Background Assessment of risk both for pregnancy morbidity and thrombosis in the presence of antiphospholipid antibodies (aPL) is still a challenge.
Objective to assess the performance of adjusted Global Anti-phospholipid Syndrome Score (aGAPSS) in predicting thrombosis in the setting of an external cohort study in patients with Systemic Lupus Erythematosus (SLE).
Methods Consecutive SLE patients from five rheumatology centers were included. Conventional cardiovascular risk factors were recorded as well as other underlying factors for thrombosis. Immunological tests were also recorded: ANA, anti-DNA, anti-SSA/SSB, anti-RNP, anti-Sm and aPL (Lupus Anticoagulant (LA), anti-cardiolipin (aCL) and 2 Glycoprotein I (2GPI). Medications received by patients were hydroxicloroquine, aspirin and anticoagulants. aGAPSS was calculated for each patient using a point system: 1 for arterial hypertension, 3 for dyslipidemia, 4 for LA and B2GPI and 5 for aCL. The score ranges from 0 to 17. The discriminative ability of aGAPSS was calculated by measuring the area under the receiver operating characteristic (ROC) curve (AUC). Multivariate survival analysis was performed using the proportional hazards model to identify the association of the aGAPSS cut-off value with thrombotic events adjusted to potential confounding factors. Multivariate logistic regression analysis was performed to examine the impact of multiple cardiovascular risk factors and laboratory parameters on the occurrence of thrombosis. A 95% confidence interval (CI) was selected and a p value<0.05 was considered significant.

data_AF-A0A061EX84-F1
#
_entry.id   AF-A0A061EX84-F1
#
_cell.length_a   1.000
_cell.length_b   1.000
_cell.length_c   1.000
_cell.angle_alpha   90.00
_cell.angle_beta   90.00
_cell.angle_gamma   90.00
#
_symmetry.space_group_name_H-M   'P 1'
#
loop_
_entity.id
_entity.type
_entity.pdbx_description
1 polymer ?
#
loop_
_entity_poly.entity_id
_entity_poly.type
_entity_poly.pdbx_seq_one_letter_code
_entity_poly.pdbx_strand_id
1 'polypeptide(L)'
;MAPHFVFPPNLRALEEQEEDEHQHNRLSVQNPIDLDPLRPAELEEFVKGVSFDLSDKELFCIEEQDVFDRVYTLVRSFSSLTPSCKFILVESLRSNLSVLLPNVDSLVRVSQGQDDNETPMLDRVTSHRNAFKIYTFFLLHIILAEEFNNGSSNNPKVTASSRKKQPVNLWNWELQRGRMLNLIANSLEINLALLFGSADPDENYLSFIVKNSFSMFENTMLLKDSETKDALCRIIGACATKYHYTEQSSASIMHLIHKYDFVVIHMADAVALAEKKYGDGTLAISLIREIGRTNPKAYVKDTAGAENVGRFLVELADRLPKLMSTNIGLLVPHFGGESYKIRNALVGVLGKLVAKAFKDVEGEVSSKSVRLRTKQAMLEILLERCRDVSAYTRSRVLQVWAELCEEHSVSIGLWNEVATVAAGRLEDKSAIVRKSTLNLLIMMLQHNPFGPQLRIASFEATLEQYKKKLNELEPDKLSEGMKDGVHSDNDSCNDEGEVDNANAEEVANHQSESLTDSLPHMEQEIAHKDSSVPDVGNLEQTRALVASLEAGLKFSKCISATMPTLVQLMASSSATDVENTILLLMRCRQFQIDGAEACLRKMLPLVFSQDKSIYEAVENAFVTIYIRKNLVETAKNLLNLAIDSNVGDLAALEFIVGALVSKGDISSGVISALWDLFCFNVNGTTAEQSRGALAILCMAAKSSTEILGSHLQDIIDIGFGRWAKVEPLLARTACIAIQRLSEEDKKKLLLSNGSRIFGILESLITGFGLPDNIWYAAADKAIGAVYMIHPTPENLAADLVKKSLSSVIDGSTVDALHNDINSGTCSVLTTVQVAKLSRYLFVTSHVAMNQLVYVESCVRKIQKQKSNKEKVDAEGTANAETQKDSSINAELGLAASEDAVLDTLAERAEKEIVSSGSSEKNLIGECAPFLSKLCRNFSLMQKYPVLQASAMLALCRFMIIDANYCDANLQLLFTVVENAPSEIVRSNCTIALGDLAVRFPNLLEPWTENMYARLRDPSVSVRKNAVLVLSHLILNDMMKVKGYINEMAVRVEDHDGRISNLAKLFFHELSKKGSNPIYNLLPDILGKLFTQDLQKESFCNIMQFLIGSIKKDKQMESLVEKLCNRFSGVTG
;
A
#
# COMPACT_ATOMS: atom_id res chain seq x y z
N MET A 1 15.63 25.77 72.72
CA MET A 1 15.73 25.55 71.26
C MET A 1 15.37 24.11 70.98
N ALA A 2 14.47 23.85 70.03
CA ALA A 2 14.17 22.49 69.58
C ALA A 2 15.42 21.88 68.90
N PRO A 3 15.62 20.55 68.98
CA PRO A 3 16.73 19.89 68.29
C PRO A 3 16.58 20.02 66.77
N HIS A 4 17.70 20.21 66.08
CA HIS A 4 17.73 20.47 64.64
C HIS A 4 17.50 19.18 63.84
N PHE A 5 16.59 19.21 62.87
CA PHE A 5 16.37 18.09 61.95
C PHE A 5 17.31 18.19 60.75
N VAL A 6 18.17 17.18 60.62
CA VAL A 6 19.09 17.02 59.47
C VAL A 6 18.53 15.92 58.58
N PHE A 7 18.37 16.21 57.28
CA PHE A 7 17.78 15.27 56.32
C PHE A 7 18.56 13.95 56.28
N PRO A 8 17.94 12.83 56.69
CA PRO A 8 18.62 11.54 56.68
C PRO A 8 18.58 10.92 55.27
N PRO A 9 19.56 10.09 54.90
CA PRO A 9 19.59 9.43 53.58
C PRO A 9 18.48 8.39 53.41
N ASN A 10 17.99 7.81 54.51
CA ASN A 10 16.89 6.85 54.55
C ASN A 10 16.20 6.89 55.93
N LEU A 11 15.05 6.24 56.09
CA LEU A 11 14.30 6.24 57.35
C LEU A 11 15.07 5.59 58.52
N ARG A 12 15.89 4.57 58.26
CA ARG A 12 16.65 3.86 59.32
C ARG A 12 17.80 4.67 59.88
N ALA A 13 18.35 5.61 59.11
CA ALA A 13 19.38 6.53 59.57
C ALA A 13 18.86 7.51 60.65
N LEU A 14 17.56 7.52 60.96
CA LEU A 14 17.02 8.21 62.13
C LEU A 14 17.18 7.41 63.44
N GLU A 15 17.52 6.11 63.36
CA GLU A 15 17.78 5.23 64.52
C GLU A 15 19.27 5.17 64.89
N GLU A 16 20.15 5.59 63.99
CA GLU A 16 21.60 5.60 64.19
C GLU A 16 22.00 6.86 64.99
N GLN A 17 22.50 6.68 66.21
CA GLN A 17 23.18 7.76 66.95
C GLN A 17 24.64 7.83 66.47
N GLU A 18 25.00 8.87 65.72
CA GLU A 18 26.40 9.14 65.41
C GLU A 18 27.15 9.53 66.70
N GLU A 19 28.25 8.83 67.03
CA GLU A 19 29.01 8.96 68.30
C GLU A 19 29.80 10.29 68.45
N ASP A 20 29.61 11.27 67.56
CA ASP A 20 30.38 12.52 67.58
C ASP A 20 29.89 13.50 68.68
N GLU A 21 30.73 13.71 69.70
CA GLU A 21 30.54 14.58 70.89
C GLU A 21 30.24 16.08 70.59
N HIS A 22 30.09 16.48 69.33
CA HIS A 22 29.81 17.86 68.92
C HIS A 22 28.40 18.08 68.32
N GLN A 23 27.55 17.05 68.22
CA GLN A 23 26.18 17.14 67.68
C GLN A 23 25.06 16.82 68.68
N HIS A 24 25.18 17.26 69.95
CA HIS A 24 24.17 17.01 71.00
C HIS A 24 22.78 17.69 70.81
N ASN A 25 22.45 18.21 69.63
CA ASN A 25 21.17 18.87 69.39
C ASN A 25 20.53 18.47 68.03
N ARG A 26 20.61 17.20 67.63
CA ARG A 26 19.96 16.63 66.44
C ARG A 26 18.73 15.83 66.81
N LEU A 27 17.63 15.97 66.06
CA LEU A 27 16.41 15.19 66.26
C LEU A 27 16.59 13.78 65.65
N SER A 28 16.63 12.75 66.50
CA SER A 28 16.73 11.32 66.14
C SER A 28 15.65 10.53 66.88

Results Information was collected from 216 SLE patients ( 89.8% women, mean age at SLE diagnosis of 31 years (SD ±10.5). Ninety patients (41.6%) presented thrombotic and/or pregnancy complications. Forty-three patients (19.9%) presented at least one thrombotic episode (53 events; 28 arterial and 25 venous thromboses). Sixty women (30.9%) presented at least one pregnancy complication (81 events; 34 miscarriages, 28 fetal deaths and 19 premature deliveries). Median aGAPSS was significantly higher in patients who experienced a thrombotic event compared with those who had not [4 (IQR 1–9) versus 1 (IQR 0–5); p 0.001]. The AUC showed that aGAPSS 8 presented the best diagnostic accuracy [0.63 (CI95% 0.55–0.70) p 0.03] with 30% sensitivity and 82.5% specificity. Multivariate analysis indicated aGAPSS 8 was an independent predictor of thrombosis [OR: 2.1 (CI95% 1.03–4.12) p 0.04].
Conclusions This score is a simple tool to predict risk of thrombosis in SLE patients in daily practice. The use of aGAPSS could change the non-pharmacological and pharmacological treatment in higher risk patients to improve survival.
Funding Source(s): None
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